The 32,000-square-foot space will occupy the former Randall Junior High School, a historically Black public school and landmarked building.
Fronteras del Futuro: Art in New Mexico and Beyond uses speculative fiction as a critical lens on culture.
Joey Fauerso and Gyan Shrosbree get it right at Wrong Gallery.
An active shooting range prompts artwork about the environment.
Art Indigenous Santa Fe aims to increase representation for contemporary Native American and First Nations artists.
The artist’s new commission leaves much to contemplate simultaneously — mortality, desire, and the ways in which absence and longing are such a fundamental part of life.
With the artwork curated mostly by participating businesses, the biannual art crawl felt more like a tour of the Brooklyn neighborhood’s retail culture than a gallery night.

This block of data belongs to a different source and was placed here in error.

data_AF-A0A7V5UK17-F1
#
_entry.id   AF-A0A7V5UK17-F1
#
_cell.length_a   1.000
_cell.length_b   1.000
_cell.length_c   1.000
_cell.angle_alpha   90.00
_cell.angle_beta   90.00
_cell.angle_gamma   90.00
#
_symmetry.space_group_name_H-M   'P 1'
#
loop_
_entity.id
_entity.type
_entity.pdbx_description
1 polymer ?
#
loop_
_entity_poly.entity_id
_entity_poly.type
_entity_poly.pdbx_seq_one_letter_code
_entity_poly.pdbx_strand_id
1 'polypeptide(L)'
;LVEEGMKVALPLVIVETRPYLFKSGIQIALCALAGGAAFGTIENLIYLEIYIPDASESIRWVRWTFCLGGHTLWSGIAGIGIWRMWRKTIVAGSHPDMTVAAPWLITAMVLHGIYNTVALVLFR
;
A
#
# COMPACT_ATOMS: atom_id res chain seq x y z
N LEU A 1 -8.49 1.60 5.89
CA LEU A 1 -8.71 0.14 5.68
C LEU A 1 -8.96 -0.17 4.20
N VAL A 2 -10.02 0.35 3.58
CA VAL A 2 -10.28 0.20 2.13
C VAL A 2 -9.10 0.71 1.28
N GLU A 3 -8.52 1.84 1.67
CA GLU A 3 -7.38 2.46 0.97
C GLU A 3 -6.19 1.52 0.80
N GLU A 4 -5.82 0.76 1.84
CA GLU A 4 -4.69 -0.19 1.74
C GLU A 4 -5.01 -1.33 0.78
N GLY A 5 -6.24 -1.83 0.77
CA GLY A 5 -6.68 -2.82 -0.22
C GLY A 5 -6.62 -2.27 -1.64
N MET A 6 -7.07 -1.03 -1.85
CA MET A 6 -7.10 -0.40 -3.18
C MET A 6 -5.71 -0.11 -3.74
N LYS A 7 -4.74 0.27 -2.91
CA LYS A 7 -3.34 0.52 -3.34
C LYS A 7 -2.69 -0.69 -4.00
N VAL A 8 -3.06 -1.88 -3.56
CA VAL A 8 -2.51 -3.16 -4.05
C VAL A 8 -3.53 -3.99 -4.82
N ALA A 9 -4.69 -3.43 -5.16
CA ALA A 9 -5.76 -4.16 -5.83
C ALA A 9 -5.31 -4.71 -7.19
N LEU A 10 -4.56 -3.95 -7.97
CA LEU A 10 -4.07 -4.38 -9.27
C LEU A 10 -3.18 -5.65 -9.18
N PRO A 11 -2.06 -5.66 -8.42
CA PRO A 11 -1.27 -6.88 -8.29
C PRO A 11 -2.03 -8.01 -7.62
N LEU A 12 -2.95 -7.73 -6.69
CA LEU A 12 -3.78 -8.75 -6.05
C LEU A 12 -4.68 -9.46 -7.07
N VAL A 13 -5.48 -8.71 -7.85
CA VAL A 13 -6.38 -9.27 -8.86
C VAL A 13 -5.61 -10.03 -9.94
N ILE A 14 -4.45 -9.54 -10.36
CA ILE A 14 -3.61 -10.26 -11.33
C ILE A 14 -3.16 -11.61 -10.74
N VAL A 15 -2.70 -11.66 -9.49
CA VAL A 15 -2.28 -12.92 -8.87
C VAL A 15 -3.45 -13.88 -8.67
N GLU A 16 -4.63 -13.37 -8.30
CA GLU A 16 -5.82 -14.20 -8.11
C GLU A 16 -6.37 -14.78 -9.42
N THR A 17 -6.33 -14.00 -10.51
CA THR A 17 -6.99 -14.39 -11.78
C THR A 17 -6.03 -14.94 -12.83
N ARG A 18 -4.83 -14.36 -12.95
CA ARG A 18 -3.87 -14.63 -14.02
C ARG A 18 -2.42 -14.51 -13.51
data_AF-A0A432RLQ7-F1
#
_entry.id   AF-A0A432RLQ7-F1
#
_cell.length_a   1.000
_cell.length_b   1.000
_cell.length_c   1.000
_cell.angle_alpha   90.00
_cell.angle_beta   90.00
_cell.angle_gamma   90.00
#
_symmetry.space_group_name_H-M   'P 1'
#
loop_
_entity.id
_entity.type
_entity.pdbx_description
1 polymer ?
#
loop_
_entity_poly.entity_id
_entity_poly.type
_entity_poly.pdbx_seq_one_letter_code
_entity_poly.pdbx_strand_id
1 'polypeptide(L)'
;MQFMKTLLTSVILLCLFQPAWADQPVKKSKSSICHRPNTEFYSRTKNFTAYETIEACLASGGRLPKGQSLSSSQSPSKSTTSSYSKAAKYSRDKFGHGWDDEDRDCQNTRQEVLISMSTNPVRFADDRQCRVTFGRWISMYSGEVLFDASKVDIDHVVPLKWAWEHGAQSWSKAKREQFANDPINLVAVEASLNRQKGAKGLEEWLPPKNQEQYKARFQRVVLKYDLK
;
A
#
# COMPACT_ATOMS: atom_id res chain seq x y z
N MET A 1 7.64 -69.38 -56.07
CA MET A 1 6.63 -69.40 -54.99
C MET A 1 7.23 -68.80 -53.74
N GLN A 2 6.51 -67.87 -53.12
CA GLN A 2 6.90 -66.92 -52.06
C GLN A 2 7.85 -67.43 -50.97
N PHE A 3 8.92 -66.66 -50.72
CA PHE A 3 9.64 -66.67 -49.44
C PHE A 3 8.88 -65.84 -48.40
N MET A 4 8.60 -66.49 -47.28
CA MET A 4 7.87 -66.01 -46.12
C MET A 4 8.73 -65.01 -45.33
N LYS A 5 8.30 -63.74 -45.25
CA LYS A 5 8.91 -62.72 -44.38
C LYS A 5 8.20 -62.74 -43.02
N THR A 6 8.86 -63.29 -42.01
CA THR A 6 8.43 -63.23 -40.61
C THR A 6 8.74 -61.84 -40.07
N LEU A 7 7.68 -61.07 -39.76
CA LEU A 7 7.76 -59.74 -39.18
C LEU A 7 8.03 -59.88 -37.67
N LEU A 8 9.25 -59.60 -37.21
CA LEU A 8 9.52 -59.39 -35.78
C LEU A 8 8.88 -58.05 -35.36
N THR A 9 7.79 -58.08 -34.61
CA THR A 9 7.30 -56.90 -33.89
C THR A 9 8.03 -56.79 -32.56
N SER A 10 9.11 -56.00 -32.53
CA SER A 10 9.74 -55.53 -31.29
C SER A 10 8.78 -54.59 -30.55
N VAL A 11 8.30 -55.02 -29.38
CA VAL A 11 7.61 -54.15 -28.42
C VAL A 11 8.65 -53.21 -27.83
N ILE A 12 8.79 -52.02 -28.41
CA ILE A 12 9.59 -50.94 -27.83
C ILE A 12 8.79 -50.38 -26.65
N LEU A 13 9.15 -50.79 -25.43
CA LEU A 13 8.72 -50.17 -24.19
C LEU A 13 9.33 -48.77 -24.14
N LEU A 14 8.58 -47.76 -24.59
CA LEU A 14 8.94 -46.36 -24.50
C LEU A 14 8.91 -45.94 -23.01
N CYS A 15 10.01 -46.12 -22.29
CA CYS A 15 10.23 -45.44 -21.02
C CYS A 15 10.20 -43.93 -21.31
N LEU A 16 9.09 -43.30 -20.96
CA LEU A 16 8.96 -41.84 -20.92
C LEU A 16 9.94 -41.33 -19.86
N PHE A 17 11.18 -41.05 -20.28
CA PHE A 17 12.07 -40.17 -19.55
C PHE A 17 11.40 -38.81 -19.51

While much of the work leaned heavily towards the commercial — from functional ceramics to jewelry and affordable prints — a group of standout artists investigated the personal by starting with the universal.
At Yossi Milo, Doron Langberg wields bold colors that warp his sitters’ features or throw them dramatically into relief.
For her Hauser & Wirth debut, Sherald restructures historical notions of blackness through the use of grisaille.
In BOOM: Mad Money, Mega Dealers, and the Rise of Contemporary Art, Michael Shnayerson paints a vivid portrait of the dizzying ascent of the contemporary art market and the powerful succession of dealers responsible for its rise.
At Hales Gallery, Vernacular Interior explores home across sites lived and imagined.